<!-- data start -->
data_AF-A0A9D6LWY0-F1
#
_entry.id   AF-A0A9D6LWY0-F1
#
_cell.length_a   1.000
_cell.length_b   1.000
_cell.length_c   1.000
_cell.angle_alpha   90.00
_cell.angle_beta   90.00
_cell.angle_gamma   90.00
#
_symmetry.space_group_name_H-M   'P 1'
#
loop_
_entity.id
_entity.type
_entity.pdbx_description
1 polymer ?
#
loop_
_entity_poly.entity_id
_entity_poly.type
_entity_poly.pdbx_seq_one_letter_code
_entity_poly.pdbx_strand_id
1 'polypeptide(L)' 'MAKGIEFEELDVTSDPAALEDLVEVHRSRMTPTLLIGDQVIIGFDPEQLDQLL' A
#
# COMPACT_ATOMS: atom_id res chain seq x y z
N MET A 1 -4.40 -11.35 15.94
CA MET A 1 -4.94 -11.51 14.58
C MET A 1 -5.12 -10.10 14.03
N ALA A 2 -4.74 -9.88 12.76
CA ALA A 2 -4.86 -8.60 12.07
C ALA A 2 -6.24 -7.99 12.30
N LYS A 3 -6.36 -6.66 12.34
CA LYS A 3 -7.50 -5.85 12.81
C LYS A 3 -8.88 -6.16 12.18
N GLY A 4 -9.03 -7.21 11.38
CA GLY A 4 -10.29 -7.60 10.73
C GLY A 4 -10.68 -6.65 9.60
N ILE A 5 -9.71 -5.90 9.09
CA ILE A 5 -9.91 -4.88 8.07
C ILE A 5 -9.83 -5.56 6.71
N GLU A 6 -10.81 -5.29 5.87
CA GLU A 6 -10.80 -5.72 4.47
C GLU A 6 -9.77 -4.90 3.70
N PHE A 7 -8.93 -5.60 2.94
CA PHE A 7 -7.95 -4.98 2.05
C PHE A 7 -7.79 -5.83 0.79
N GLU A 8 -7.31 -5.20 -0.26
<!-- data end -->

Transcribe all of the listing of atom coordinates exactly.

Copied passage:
data_AF-A0A9D6LWY0-F1
#
_entry.id   AF-A0A9D6LWY0-F1
#
_cell.length_a   1.000
_cell.length_b   1.000
_cell.length_c   1.000
_cell.angle_alpha   90.00
_cell.angle_beta   90.00
_cell.angle_gamma   90.00
#
_symmetry.space_group_name_H-M   'P 1'
#
loop_
_entity.id
_entity.type
_entity.pdbx_description
1 polymer ?
#
loop_
_entity_poly.entity_id
_entity_poly.type
_entity_poly.pdbx_seq_one_letter_code
_entity_poly.pdbx_strand_id
1 'polypeptide(L)' 'MAKGIEFEELDVTSDPAALEDLVEVHRSRMTPTLLIGDQVIIGFDPEQLDQLL' A
#
# COMPACT_ATOMS: atom_id res chain seq x y z
N MET A 1 -4.40 -11.35 15.94
CA MET A 1 -4.94 -11.51 14.58
C MET A 1 -5.12 -10.10 14.03
N ALA A 2 -4.74 -9.88 12.76
CA ALA A 2 -4.86 -8.60 12.07
C ALA A 2 -6.24 -7.99 12.30
N LYS A 3 -6.36 -6.66 12.34
CA LYS A 3 -7.50 -5.85 12.81
C LYS A 3 -8.88 -6.16 12.18
N GLY A 4 -9.03 -7.21 11.38
CA GLY A 4 -10.29 -7.60 10.73
C GLY A 4 -10.68 -6.65 9.60
N ILE A 5 -9.71 -5.90 9.09
CA ILE A 5 -9.91 -4.88 8.07
C ILE A 5 -9.83 -5.56 6.71
N GLU A 6 -10.81 -5.29 5.87
CA GLU A 6 -10.80 -5.72 4.47
C GLU A 6 -9.77 -4.90 3.70
N PHE A 7 -8.93 -5.60 2.94
CA PHE A 7 -7.95 -4.98 2.05
C PHE A 7 -7.79 -5.83 0.79
N GLU A 8 -7.31 -5.20 -0.26